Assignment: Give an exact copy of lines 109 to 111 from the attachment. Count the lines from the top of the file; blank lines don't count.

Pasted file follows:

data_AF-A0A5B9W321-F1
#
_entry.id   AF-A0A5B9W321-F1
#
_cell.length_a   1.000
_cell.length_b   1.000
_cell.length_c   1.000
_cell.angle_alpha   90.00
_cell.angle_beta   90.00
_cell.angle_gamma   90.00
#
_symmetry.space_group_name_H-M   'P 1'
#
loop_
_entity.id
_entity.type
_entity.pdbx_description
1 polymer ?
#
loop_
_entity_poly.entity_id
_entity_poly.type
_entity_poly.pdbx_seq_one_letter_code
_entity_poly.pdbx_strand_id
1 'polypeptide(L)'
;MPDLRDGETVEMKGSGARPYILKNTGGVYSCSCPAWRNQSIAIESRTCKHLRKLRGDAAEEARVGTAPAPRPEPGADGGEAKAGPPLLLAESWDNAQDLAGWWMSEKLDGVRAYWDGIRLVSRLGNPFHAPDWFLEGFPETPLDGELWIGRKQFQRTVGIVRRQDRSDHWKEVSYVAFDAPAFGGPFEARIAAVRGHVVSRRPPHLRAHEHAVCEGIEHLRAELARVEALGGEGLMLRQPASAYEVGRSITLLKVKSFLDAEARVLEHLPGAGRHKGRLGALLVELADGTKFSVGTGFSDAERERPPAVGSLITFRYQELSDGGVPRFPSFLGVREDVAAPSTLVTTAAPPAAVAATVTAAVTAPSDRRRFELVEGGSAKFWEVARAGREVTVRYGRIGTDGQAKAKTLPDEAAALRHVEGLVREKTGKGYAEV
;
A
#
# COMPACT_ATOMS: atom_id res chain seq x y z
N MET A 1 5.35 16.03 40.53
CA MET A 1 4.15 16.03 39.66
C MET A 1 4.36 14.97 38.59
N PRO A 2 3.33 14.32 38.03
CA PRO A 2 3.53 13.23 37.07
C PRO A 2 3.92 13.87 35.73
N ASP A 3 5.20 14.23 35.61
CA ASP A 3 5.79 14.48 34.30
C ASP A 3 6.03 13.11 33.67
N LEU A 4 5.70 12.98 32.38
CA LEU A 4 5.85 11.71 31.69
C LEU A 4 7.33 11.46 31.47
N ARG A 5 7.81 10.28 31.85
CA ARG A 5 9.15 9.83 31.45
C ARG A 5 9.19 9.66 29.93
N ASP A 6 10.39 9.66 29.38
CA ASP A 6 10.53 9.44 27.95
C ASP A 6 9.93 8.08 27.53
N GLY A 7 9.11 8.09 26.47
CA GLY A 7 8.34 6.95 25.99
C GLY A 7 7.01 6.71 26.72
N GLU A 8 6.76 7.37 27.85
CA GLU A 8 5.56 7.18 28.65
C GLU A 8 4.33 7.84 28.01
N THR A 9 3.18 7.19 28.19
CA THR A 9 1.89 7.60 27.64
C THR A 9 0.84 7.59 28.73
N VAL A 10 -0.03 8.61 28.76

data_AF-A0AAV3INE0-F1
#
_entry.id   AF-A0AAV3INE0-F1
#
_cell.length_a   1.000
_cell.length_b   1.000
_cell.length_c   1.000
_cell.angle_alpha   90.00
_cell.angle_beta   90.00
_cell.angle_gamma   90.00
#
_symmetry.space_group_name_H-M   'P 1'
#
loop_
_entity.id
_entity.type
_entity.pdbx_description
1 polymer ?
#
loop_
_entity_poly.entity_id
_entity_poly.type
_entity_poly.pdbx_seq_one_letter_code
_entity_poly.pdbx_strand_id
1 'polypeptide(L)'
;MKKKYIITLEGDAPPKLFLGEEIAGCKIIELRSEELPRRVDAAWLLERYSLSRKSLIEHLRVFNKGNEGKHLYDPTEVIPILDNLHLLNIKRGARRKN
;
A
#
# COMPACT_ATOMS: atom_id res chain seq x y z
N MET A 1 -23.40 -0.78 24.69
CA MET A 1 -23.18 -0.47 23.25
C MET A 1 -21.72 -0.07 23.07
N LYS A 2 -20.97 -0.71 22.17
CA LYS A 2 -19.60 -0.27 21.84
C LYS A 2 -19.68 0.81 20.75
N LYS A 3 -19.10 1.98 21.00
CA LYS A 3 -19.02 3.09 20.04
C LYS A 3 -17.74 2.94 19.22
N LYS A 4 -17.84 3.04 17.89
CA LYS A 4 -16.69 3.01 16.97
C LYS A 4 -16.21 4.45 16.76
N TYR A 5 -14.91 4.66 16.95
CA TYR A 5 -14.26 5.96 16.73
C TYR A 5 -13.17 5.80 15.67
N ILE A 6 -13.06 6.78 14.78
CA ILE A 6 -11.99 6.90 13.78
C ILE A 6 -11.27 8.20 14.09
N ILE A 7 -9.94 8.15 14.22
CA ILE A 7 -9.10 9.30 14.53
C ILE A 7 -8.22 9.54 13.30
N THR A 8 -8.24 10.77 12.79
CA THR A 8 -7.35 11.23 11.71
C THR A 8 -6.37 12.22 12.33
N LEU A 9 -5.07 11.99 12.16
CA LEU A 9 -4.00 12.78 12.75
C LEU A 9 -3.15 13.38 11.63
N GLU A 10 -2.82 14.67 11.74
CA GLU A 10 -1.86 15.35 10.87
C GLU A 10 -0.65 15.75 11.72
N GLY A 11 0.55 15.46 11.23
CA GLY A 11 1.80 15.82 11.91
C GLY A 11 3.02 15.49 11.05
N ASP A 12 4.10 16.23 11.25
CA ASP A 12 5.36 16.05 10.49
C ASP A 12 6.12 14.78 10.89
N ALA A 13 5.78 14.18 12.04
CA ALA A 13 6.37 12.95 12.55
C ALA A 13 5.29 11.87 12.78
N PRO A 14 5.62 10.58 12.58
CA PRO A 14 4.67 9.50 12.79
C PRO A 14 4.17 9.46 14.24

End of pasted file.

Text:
C ILE A 7 -8.22 9.54 13.30
N THR A 8 -8.24 10.77 12.79
CA THR A 8 -7.35 11.23 11.71